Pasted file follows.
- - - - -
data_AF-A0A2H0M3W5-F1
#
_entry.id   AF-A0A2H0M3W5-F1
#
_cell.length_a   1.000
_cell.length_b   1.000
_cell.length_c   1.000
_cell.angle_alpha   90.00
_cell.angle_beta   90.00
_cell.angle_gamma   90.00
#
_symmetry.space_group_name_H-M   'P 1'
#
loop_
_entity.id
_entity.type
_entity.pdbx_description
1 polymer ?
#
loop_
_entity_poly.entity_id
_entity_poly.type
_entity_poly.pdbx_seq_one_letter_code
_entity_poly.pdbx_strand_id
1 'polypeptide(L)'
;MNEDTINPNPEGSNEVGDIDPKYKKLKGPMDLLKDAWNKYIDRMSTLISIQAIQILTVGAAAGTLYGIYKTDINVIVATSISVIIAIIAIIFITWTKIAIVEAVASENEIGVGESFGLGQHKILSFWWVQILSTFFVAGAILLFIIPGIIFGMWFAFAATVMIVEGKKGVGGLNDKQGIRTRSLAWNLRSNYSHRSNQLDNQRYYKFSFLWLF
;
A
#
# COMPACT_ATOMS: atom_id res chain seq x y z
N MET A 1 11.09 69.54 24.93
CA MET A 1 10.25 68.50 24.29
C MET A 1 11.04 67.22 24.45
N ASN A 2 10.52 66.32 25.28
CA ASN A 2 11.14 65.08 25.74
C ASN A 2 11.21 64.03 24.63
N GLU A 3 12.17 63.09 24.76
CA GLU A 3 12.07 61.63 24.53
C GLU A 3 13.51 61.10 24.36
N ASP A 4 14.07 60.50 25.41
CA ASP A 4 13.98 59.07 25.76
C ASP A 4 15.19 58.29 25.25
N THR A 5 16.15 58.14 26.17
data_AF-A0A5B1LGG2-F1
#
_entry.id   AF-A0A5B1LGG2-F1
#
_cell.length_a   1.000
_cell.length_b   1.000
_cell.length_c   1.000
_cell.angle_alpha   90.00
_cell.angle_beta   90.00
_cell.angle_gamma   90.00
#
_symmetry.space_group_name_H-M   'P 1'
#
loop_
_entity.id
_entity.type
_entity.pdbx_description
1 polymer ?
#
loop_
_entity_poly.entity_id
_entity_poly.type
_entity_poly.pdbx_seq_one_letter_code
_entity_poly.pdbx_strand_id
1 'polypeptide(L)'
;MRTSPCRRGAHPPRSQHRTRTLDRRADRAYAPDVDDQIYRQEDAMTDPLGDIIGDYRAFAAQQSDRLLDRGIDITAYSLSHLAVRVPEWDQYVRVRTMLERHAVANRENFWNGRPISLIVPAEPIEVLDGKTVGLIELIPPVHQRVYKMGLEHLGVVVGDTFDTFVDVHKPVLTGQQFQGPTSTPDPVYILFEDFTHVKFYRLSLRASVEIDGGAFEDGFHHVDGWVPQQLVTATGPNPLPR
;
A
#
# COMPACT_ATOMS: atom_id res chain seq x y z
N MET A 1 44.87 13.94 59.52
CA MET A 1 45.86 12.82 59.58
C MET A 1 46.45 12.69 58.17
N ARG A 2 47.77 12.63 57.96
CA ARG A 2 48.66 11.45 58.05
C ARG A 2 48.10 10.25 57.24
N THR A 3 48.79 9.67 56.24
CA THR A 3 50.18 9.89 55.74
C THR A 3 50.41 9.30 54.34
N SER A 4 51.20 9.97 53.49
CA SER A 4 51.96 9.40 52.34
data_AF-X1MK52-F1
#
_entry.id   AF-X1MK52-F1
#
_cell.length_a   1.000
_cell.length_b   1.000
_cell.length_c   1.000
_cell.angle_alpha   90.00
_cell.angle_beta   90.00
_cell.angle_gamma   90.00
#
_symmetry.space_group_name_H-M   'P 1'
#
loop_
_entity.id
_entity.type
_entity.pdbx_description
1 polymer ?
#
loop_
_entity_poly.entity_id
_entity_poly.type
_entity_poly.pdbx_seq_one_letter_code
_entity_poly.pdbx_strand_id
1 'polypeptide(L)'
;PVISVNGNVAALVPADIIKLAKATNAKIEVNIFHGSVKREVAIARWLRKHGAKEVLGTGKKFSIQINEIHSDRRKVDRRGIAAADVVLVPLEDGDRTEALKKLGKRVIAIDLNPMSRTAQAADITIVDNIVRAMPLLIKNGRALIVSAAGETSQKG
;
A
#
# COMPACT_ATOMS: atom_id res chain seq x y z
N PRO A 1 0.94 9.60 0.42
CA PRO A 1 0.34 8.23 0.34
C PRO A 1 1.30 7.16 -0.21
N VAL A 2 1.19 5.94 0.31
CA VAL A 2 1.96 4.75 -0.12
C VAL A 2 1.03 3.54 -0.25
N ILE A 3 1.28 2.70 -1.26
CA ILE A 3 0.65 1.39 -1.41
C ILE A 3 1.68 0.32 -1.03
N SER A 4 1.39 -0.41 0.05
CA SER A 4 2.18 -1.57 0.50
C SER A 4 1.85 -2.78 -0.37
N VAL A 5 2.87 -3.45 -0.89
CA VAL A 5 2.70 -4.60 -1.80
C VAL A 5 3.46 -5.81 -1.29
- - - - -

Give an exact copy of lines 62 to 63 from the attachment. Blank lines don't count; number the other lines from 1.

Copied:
#
loop_